Weapons of Mouse Destruction
The signs were right in front of my eyes—a gnawed roll of paper towels and a scattering of black sunflower seed husks. Yet because I hadn’t actually seen or heard anything, I told myself I might be mistaken or that perhaps the responsible rodent had moved on, or better yet, died. Fiddle-de-de. If Paul Ryan and Mitch McConnell can ignore it, so can I. I turned off the basement light and lit out for Key West.
I returned a month later and went down to the basement to tend to the plants wintering over in my makeshift greenhouse in front of the west-facing windows and that’s when I knew for sure I had a situation. The black droppings beside the potted gardenia were a dead giveaway. Obviously a mouse had been drinking the water I left in the saucer. And speaking of dead, there was one inside a very large terracotta pot. It must have been walking along the edge, tumbled in, and then couldn’t get out.
One thing I knew for certain, though, was where there was one mouse there were three. It was time to kick do-nothing Paul and Mitch to the curb and channel my inner Janet Reno. Yep, I was gonna “go Waco” on these varmints.
It had been awhile since I’d gone to battle with rodents so I did some research on today’s best tactics. I never would have imagined the options. According to a 2011 article in The Atlantic Magazine, the Patent Office has issued over 4,400 patents for mousetraps. That’s more than for any other invention! And though the phrase “building a better mousetrap” is often used to speak to the spirit of American invention, it was a Brit who built the first modern spring-loaded wooden mousetrap. He called it “Little Nipper.”
Today’s choices run the gamete from simple to high tech. Take Victor’s “Multi Kill Electronic Mouse Trap,” for example. It’s a black box with two entry points that looks like a lunch box. The mice go up a special staircase to get the bait and when they get upstairs they’re immediately electrocuted in less than three seconds. After the mouse dies, a chamber automatically rotates and dumps the carcass in a collection drawer hidden from sight. The trap then automatically resets. A light blinks green to indicate a kill. It can hold ten dead mice. Four C batteries included.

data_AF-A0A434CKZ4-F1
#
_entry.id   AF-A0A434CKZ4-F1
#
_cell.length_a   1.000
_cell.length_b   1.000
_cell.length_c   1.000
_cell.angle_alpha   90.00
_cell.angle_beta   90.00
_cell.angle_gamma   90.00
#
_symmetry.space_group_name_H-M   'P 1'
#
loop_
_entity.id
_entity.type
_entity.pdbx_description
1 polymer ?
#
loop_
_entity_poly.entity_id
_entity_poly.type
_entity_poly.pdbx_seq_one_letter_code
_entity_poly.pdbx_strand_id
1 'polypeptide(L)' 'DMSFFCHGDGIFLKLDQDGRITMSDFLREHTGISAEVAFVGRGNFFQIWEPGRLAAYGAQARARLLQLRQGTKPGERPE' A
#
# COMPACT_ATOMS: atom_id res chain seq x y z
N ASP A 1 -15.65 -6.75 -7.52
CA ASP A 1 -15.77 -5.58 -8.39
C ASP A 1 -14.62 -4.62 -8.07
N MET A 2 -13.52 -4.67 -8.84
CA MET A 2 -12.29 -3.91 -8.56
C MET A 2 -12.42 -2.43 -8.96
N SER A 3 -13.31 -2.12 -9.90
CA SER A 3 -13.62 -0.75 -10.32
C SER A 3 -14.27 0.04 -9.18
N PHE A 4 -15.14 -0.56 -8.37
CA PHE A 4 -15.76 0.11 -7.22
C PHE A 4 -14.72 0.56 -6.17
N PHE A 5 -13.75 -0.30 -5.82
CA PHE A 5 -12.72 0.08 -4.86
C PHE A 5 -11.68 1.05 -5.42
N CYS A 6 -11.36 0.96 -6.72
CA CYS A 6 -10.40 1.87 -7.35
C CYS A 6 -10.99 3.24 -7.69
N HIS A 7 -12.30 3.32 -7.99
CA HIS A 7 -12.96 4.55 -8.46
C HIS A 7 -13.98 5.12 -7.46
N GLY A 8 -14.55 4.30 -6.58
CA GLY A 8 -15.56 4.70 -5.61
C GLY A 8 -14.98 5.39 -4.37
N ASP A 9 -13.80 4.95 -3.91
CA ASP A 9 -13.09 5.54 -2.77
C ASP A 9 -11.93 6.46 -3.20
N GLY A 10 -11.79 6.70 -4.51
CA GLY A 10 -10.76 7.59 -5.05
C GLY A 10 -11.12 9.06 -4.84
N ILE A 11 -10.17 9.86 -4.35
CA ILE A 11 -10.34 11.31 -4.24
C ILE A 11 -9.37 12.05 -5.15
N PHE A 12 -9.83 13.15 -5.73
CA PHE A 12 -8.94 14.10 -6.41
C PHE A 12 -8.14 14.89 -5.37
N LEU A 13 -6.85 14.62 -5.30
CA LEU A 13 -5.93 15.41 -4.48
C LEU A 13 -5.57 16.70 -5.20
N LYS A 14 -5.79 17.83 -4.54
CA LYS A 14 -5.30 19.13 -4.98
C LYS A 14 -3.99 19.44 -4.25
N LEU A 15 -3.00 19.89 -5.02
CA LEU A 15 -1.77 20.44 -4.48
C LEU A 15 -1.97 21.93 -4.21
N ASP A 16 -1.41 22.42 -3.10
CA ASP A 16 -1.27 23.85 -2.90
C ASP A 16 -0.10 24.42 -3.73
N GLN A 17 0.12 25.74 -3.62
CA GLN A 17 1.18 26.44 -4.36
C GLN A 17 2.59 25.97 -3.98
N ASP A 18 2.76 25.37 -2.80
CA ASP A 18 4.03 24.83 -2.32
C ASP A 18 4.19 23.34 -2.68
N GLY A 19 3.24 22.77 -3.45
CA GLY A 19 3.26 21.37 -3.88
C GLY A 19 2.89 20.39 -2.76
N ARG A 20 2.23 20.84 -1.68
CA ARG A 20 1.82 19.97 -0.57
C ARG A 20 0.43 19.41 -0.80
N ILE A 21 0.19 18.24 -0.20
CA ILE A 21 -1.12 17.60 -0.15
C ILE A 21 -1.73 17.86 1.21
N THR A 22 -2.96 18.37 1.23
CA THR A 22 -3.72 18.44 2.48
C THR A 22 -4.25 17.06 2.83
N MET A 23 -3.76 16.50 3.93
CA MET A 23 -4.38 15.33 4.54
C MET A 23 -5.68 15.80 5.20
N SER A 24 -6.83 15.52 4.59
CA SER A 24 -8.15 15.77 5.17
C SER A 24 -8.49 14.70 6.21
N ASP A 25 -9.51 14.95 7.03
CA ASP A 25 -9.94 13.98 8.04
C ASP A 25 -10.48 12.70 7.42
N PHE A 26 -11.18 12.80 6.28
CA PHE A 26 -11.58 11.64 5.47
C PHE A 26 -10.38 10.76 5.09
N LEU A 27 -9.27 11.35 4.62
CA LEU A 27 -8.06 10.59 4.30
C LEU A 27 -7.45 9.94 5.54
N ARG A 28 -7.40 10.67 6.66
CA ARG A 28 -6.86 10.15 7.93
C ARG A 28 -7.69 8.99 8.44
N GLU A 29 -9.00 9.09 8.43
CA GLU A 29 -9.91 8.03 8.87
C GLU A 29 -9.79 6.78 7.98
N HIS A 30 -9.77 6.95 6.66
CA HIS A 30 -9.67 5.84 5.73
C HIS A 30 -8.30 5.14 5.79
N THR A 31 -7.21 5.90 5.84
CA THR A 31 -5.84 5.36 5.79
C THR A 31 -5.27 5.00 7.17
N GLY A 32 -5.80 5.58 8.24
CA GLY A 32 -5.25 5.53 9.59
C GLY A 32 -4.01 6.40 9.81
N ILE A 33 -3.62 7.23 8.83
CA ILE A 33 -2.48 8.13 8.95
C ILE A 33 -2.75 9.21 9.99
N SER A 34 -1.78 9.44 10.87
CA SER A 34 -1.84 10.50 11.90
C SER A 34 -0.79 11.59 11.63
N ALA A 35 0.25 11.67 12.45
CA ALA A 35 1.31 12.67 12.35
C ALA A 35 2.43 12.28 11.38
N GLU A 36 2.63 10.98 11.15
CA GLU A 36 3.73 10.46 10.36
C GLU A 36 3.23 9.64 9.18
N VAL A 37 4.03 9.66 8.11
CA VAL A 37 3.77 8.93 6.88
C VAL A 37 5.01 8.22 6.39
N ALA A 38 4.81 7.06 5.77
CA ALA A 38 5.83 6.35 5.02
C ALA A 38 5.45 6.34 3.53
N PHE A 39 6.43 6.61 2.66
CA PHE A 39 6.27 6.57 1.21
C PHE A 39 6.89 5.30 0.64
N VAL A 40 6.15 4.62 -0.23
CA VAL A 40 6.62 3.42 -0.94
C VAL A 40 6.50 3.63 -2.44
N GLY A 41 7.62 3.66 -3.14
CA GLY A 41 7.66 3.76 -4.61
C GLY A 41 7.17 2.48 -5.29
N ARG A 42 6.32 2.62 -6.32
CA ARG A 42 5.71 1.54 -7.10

Despite its diabolic nature, zapper mousetraps are considered humane because they kill quickly. The most humane of all mousetraps, however, are the no-kill, catch and release models. Okay, I understand the sentiment. But, seriously, where are you going to release them and who in their right mind wants to encourage the growth of the rodent population? Although for a moment I thought it might be fun to catch a few and drive them to DC and set them free at Ivanka and Jared’s house in Kalorama, where I’m sure they’d feel right at home….
Poisons are probably the easiest remedy. But then the rodent dies somewhere out of sight and you must endure the odor while you search for the dearly deceased. You can also use plug-in ultrasonic sound repellers to disorient the mice and drive them away. This sounds interesting, but it seems any object around the repeller will block the waves, so you have to know exactly where the mouse is. And what if the mouse merely moves to the other side of the basement? I sensed a scam. In the end, I loaded up on classic spring traps and glue traps because they were cheap and I could trust the premise.
Most mice are caught within the first 24 hours of putting out a trap, so it was important that I planned a big first assault. For bait, I created a smorgasbord no rodent could resist. I put a healthy-sized shmear of chunky organic peanut butter on each trap, followed by slices of cherry tomatoes and cubes of sharp English cheddar. The bait cost more than the traps, but it didn’t matter. I was determined to lure the little bastards out of hiding.
I placed the sixteen buffet trays and traps all around the basement and waited. And waited. And waited. Nothing happened in the first 48 hours. On the third day the bait disappeared. And the traps had been moved. Something big was down there in my basement. Good lord, not a rat, was all I could think. Mice I could tolerate, but rats!
I re-baited the traps. Further research told me my bait was probably too big. The rodent was eating it without getting caught on the trap. This time I used a tiny dollop of peanut butter and a crumble of Danish blue cheese, but omitted the cherry tomato because I thought it was just too much. I moved the traps towards the perimeter of the basement because that’s where they like to travel and I took a Lunesta and went to bed.
The next morning, I awoke to three dead mice in the basement. I’ll admit I wasn’t filled with pride or accomplishment. Unlike some, I don’t get a thrill over killing things, except maybe for mosquitoes and that last bit of the wine in the bottom of the bottle. That said, I couldn’t help but feel a sense of relief that the invasion was over. It’s a feeling I hope will come again soon when the mice...umm, rats in the White House get caught in some well-crafted traps. Humane ones, of course. ▼
Rich Barnett is the author of The Discreet Charms of a Bourgeois Beach Town, and Fun with Dick and James. More from Rich Barnett.